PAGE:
Key takeaways for healthcare providers
- Mind mindedness is the ability of parents to accurately read and label their children’s thoughts, feelings, and wishes.
- The mind-mindedness of both mothers and fathers in children’s early years plays an important role in developing children’s ability to regulate their emotions and behaviors.
- Parents can cultivate mind-mindedness by paying close attention to their children’s behavior and taking the time to reflect on and label their children’s thoughts, wishes, and emotions.
What is Mind Mindfulness?
I have vivid memories of the first weeks of motherhood, feeling anxious and confused about why my baby was crying. I wondered: Why is she crying? How does she feel? Does she want something other than food? Maybe she just wants to be cuddled? As time passed, I began to better understand my baby’s wishes and emotions. As I spoke with other new parents, I realized that parents differ in the degree to which they can understand their children’s minds.
This ability of parents to think of their children as individuals with their own thoughts, feelings, and desires, and to label these experiences in their interactions with them, is state of mind. Parents with this ability accurately read their babies’ minds and label their mental states. This may include reflecting on a child’s emotional experiences or articulating their wishes.
For example, if a child starts crying after their toy breaks, a conscious parent might say, “You seem.” angry your toy broke. you wanted to play with these toys.” Conversely, parents who misinterpret their children’s mental states (for example, assuming the child is crying because they are tired and don’t want to play anymore) demonstrate not aligned state of mind.
How mind-mindedness helps children?
Parental mind-mindedness plays an important role in the development of children’s self-regulation. Self-regulation is a critical skill what children are capable of manage their emotions and behavior in response to what a situation calls for (Eisenberg, 2000; Kochanska, 1993). As children reach the age of four or five and start school, the demand for self-regulation increases. From this age, children need to stay focused, pay attention to learning goals, and actively participate in classroom learning so that self-regulation is developed. exceptionally important (e.g. Nota et al., 2004).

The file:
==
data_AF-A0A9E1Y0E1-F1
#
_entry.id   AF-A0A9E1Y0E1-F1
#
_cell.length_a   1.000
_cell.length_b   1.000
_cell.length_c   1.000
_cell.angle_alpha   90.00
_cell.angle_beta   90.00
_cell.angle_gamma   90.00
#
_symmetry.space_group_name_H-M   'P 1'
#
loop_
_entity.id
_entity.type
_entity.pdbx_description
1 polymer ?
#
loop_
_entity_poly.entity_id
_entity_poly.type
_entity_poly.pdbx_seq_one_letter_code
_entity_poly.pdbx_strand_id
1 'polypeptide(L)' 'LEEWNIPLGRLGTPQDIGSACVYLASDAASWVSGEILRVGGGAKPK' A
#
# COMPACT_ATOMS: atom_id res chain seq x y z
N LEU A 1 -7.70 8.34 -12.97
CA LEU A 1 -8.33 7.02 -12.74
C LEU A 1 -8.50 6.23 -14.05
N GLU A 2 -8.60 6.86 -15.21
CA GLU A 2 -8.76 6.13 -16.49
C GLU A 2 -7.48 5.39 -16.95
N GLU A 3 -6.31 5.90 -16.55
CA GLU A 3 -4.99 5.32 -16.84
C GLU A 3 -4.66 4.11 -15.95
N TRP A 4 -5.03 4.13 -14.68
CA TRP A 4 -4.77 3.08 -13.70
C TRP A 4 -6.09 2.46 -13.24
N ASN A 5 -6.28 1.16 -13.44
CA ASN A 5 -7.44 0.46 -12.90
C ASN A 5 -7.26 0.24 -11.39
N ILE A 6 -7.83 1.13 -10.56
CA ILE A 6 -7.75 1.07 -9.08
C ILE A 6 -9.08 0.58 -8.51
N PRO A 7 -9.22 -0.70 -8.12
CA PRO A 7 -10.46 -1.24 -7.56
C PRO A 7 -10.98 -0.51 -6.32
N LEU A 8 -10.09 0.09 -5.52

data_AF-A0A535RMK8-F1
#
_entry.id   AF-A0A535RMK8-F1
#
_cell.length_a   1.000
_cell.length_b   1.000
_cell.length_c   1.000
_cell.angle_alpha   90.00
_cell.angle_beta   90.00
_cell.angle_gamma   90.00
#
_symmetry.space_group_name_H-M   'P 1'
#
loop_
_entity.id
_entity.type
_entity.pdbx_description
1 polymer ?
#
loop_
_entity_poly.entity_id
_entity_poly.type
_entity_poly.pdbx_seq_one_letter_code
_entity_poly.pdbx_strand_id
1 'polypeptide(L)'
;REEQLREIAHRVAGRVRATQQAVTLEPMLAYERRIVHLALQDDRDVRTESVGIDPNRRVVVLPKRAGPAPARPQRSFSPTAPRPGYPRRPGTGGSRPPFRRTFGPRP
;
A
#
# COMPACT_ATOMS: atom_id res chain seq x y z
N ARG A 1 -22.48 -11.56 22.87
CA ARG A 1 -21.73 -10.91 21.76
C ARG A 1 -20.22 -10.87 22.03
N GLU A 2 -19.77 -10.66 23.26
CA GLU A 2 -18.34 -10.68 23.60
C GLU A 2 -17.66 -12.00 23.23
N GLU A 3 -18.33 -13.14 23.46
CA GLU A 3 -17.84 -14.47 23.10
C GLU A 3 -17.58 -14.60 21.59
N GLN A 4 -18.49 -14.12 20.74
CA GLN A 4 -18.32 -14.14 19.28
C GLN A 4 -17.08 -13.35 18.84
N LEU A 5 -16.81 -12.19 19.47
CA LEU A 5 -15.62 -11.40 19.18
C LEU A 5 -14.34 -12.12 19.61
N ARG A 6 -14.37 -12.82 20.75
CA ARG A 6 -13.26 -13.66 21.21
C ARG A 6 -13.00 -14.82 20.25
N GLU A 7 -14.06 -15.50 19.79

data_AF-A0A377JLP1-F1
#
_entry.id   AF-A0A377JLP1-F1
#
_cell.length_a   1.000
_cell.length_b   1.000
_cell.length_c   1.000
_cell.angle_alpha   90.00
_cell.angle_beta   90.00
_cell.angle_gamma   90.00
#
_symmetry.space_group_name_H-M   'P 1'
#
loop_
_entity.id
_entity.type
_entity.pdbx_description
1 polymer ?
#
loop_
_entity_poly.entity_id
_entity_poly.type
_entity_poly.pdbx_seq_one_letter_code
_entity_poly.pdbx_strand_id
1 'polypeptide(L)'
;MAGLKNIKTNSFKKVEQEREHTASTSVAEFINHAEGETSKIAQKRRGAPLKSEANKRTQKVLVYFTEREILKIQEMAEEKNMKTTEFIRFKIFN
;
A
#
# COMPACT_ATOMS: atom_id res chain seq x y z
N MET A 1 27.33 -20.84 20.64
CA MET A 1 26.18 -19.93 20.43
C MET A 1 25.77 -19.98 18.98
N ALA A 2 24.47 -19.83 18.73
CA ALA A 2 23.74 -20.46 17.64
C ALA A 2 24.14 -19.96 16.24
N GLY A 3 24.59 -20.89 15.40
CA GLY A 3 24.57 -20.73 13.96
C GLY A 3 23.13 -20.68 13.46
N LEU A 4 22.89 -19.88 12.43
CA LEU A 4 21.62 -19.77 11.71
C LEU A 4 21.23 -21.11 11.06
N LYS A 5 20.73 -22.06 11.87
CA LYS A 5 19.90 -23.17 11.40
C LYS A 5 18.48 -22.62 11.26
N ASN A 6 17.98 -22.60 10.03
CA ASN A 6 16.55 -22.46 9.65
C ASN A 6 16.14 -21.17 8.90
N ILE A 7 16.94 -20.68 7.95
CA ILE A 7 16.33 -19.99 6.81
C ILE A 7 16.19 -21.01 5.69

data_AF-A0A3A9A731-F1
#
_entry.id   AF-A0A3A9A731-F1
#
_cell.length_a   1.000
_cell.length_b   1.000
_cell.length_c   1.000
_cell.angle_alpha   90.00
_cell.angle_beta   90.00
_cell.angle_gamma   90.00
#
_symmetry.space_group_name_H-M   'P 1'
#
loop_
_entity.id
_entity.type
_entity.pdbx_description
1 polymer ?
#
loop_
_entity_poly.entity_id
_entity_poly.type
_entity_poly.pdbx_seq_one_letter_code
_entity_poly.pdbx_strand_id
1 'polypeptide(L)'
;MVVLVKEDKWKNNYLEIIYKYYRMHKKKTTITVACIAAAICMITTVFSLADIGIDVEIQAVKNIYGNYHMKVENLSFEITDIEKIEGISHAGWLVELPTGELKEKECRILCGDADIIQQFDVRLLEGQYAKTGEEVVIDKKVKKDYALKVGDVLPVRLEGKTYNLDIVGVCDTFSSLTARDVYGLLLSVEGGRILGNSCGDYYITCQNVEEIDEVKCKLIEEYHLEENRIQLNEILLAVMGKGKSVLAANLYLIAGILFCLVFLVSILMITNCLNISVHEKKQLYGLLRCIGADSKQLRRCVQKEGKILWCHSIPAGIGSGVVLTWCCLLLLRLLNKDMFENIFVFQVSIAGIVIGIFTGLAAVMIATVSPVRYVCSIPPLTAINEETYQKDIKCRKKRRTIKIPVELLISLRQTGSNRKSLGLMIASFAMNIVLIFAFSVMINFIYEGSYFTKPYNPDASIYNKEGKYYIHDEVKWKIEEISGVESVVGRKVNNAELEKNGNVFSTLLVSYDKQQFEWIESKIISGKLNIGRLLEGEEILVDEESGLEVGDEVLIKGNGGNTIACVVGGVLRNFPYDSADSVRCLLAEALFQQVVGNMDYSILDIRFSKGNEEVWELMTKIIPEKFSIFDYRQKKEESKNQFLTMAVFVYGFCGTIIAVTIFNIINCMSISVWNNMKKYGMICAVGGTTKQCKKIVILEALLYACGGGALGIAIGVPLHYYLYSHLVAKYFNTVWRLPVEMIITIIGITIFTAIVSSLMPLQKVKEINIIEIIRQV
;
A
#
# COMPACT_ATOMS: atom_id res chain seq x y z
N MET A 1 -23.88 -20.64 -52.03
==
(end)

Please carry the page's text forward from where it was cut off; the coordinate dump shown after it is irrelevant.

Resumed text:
Self-regulation in preschool isn’t just important for later academic achievement – mounting evidence suggests it is essential for children’s social adjustment and mental health. Preschool-aged children who can adequately regulate their emotions and behavior have more successful relationships with others, are more socially competent, have healthier lifestyle habits, and are at a lower risk of developing mental disorders (Robson et al., 2020).
The ability of parents to think of their children as individuals with their own thoughts, feelings, and desires, and to label these experiences in their interactions with them, is state of mind.
Several studies have examined the role of parental mind-mindedness in the development of self-regulation in infants and toddlers. They have shown that mothers’ and fathers’ mind-mindedness is related to emerging self-regulatory abilities in infancy and toddlerhood.Cheng et al., 2018; Gagne et al., 2018; Senehi et al., 2018; Zeegers et al., 2019). However, it remains unclear whether parental mind-mindedness plays an important role in self-regulation in preschool children at these ages. This is especially important to determine since self-regulation at preschool age predicts different life outcomes.
The relationship between parental mind-mindedness and preschoolers’ self-regulation
My colleagues and I set out to answer this question. In our recent study (Nikolić et al., 2022) we investigated whether the mind-mindedness of mothers and fathers in the first three years of a child’s life predicts the development of self-regulation after four and a half years.